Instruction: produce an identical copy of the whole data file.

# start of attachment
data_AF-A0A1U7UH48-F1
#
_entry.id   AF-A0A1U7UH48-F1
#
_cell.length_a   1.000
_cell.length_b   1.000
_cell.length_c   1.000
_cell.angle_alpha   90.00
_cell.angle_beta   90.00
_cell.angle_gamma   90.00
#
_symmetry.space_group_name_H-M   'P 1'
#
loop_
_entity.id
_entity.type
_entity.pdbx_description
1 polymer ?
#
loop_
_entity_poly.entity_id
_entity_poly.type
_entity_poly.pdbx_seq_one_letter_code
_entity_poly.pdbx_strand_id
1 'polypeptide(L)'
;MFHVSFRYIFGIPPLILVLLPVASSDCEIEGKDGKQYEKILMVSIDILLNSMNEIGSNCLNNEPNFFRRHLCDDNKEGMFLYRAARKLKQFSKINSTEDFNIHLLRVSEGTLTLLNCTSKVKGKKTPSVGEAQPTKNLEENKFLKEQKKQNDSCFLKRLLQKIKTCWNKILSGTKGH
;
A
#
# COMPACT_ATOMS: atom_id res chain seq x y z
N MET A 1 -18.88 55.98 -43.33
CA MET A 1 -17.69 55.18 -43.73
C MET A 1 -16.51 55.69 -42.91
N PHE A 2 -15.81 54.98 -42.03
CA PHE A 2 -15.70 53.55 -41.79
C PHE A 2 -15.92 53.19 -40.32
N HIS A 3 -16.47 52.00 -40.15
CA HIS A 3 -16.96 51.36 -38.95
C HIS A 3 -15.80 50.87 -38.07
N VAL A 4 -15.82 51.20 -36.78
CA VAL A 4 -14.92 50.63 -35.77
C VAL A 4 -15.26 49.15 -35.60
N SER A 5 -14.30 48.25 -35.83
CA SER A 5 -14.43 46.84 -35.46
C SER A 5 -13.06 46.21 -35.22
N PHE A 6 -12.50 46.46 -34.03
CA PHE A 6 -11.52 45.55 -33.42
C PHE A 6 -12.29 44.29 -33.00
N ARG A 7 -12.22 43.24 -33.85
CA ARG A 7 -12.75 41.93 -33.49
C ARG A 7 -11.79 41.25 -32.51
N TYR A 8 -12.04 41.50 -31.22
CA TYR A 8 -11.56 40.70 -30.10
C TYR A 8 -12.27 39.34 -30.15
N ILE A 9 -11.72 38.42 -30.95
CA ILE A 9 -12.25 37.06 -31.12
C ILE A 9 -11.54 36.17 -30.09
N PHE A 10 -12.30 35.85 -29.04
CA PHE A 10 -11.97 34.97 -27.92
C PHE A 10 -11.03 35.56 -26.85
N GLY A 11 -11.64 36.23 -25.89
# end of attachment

data_AF-A0A1U7UH48-F1
#
_entry.id   AF-A0A1U7UH48-F1
#
_cell.length_a   1.000
_cell.length_b   1.000
_cell.length_c   1.000
_cell.angle_alpha   90.00
_cell.angle_beta   90.00
_cell.angle_gamma   90.00
#
_symmetry.space_group_name_H-M   'P 1'
#
loop_
_entity.id
_entity.type
_entity.pdbx_description
1 polymer ?
#
loop_
_entity_poly.entity_id
_entity_poly.type
_entity_poly.pdbx_seq_one_letter_code
_entity_poly.pdbx_strand_id
1 'polypeptide(L)'
;MFHVSFRYIFGIPPLILVLLPVASSDCEIEGKDGKQYEKILMVSIDILLNSMNEIGSNCLNNEPNFFRRHLCDDNKEGMFLYRAARKLKQFSKINSTEDFNIHLLRVSEGTLTLLNCTSKVKGKKTPSVGEAQPTKNLEENKFLKEQKKQNDSCFLKRLLQKIKTCWNKILSGTKGH
;
A
#
# COMPACT_ATOMS: atom_id res chain seq x y z
N MET A 1 -18.88 55.98 -43.33
CA MET A 1 -17.69 55.18 -43.73
C MET A 1 -16.51 55.69 -42.91
N PHE A 2 -15.81 54.98 -42.03
CA PHE A 2 -15.70 53.55 -41.79
C PHE A 2 -15.92 53.19 -40.32
N HIS A 3 -16.47 52.00 -40.15
CA HIS A 3 -16.96 51.36 -38.95
C HIS A 3 -15.80 50.87 -38.07
N VAL A 4 -15.82 51.20 -36.78
CA VAL A 4 -14.92 50.63 -35.77
C VAL A 4 -15.26 49.15 -35.60
N SER A 5 -14.30 48.25 -35.83
CA SER A 5 -14.43 46.84 -35.46
C SER A 5 -13.06 46.21 -35.22
N PHE A 6 -12.50 46.46 -34.03
CA PHE A 6 -11.52 45.55 -33.42
C PHE A 6 -12.29 44.29 -33.00
N ARG A 7 -12.22 43.24 -33.85
CA ARG A 7 -12.75 41.93 -33.49
C ARG A 7 -11.79 41.25 -32.51
N TYR A 8 -12.04 41.50 -31.22
CA TYR A 8 -11.56 40.70 -30.10
C TYR A 8 -12.27 39.34 -30.15
N ILE A 9 -11.72 38.42 -30.95
CA ILE A 9 -12.25 37.06 -31.12
C ILE A 9 -11.54 36.17 -30.09
N PHE A 10 -12.30 35.85 -29.04
CA PHE A 10 -11.97 34.97 -27.92
C PHE A 10 -11.03 35.56 -26.85
N GLY A 11 -11.64 36.23 -25.89